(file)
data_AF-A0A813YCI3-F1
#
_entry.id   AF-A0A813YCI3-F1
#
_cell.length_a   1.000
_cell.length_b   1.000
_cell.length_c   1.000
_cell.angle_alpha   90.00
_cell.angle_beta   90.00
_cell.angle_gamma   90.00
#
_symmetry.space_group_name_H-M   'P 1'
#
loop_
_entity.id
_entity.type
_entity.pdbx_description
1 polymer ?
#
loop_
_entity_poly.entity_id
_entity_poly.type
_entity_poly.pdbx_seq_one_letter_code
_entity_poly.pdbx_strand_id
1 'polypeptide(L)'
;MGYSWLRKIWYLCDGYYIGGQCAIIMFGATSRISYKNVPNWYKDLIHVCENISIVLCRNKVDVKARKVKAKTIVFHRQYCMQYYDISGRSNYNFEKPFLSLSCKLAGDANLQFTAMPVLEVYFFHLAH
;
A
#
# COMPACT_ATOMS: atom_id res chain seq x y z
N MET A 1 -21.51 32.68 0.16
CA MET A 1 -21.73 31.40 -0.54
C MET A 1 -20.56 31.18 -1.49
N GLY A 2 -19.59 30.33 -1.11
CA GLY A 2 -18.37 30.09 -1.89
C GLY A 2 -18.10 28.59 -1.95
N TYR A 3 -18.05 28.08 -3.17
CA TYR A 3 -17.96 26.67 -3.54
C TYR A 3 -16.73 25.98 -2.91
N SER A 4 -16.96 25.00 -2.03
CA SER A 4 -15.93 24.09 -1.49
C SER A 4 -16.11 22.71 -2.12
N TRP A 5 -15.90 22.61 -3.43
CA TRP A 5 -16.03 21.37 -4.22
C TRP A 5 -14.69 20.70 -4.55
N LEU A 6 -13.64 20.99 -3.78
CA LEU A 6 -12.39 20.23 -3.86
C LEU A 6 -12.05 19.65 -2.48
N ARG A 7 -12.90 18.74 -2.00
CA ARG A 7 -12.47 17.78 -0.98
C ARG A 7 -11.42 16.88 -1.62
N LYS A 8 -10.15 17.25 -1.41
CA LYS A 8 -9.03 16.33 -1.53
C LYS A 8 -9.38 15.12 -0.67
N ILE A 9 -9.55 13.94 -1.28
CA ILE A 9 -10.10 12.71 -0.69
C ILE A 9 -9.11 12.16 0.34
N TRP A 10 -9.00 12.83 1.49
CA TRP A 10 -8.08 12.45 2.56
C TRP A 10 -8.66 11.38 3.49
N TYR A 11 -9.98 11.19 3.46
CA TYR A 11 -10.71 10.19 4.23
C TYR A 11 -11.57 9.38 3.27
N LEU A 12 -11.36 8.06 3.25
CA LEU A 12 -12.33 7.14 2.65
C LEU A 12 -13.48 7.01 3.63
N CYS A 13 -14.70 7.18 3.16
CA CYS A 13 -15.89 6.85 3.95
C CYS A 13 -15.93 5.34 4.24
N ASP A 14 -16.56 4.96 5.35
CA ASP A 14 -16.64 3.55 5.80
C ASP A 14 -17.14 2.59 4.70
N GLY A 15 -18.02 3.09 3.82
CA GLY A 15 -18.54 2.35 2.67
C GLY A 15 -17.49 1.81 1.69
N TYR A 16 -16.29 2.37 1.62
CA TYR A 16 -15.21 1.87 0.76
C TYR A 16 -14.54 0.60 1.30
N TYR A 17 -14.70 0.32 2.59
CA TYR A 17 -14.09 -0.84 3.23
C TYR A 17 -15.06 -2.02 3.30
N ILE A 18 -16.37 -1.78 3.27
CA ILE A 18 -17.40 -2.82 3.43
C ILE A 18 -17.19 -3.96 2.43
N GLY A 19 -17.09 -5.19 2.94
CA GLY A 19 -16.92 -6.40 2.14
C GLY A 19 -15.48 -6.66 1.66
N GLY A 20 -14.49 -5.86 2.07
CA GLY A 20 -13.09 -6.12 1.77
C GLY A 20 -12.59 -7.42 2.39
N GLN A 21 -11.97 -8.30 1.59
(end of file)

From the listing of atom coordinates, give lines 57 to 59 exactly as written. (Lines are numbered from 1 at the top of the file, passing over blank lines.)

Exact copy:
C ILE A 9 -9.11 12.16 0.34
N TRP A 10 -9.00 12.83 1.49
CA TRP A 10 -8.08 12.45 2.56